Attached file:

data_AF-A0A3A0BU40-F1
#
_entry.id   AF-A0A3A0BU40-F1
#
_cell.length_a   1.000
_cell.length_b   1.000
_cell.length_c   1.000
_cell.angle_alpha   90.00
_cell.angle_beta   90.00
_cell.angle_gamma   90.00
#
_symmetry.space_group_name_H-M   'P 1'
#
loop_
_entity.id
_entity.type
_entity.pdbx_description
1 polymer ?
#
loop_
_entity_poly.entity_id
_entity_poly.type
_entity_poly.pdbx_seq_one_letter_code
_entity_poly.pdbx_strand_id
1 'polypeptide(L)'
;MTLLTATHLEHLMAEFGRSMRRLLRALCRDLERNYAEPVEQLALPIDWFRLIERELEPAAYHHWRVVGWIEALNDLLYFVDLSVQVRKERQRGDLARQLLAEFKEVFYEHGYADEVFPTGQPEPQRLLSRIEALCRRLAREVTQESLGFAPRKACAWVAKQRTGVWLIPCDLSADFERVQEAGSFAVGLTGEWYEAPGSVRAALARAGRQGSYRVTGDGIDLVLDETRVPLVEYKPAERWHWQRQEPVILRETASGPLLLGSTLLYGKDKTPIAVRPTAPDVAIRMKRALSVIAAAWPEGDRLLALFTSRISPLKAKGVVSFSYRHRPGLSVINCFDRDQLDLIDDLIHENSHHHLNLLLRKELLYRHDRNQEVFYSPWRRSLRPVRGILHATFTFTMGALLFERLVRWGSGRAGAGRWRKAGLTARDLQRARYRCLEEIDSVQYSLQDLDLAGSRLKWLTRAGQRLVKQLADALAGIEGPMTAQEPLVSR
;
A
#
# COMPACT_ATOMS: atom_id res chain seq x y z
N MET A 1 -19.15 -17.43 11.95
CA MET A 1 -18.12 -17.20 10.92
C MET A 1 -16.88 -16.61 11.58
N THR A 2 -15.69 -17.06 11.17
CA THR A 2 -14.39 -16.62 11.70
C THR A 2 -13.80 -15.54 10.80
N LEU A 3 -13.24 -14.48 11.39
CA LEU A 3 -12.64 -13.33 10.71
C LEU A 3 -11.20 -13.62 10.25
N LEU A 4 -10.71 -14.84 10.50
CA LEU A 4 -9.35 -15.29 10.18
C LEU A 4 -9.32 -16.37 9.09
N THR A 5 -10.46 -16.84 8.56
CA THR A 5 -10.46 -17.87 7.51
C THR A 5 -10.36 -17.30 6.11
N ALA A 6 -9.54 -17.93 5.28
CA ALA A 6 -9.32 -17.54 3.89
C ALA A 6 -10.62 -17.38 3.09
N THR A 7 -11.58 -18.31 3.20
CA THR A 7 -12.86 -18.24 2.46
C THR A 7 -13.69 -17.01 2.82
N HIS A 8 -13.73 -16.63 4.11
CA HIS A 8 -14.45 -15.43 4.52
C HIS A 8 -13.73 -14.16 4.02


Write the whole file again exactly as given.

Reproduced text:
data_AF-A0A3A0BU40-F1
#
_entry.id   AF-A0A3A0BU40-F1
#
_cell.length_a   1.000
_cell.length_b   1.000
_cell.length_c   1.000
_cell.angle_alpha   90.00
_cell.angle_beta   90.00
_cell.angle_gamma   90.00
#
_symmetry.space_group_name_H-M   'P 1'
#
loop_
_entity.id
_entity.type
_entity.pdbx_description
1 polymer ?
#
loop_
_entity_poly.entity_id
_entity_poly.type
_entity_poly.pdbx_seq_one_letter_code
_entity_poly.pdbx_strand_id
1 'polypeptide(L)'
;MTLLTATHLEHLMAEFGRSMRRLLRALCRDLERNYAEPVEQLALPIDWFRLIERELEPAAYHHWRVVGWIEALNDLLYFVDLSVQVRKERQRGDLARQLLAEFKEVFYEHGYADEVFPTGQPEPQRLLSRIEALCRRLAREVTQESLGFAPRKACAWVAKQRTGVWLIPCDLSADFERVQEAGSFAVGLTGEWYEAPGSVRAALARAGRQGSYRVTGDGIDLVLDETRVPLVEYKPAERWHWQRQEPVILRETASGPLLLGSTLLYGKDKTPIAVRPTAPDVAIRMKRALSVIAAAWPEGDRLLALFTSRISPLKAKGVVSFSYRHRPGLSVINCFDRDQLDLIDDLIHENSHHHLNLLLRKELLYRHDRNQEVFYSPWRRSLRPVRGILHATFTFTMGALLFERLVRWGSGRAGAGRWRKAGLTARDLQRARYRCLEEIDSVQYSLQDLDLAGSRLKWLTRAGQRLVKQLADALAGIEGPMTAQEPLVSR
;
A
#
# COMPACT_ATOMS: atom_id res chain seq x y z
N MET A 1 -19.15 -17.43 11.95
CA MET A 1 -18.12 -17.20 10.92
C MET A 1 -16.88 -16.61 11.58
N THR A 2 -15.69 -17.06 11.17
CA THR A 2 -14.39 -16.62 11.70
C THR A 2 -13.80 -15.54 10.80
N LEU A 3 -13.24 -14.48 11.39
CA LEU A 3 -12.64 -13.33 10.71
C LEU A 3 -11.20 -13.62 10.25
N LEU A 4 -10.71 -14.84 10.50
CA LEU A 4 -9.35 -15.29 10.18
C LEU A 4 -9.32 -16.37 9.09
N THR A 5 -10.46 -16.84 8.56
CA THR A 5 -10.46 -17.87 7.51
C THR A 5 -10.36 -17.30 6.11
N ALA A 6 -9.54 -17.93 5.28
CA ALA A 6 -9.32 -17.54 3.89
C ALA A 6 -10.62 -17.38 3.09
N THR A 7 -11.58 -18.31 3.20
CA THR A 7 -12.86 -18.24 2.46
C THR A 7 -13.69 -17.01 2.82
N HIS A 8 -13.73 -16.63 4.11
CA HIS A 8 -14.45 -15.43 4.52
C HIS A 8 -13.73 -14.16 4.02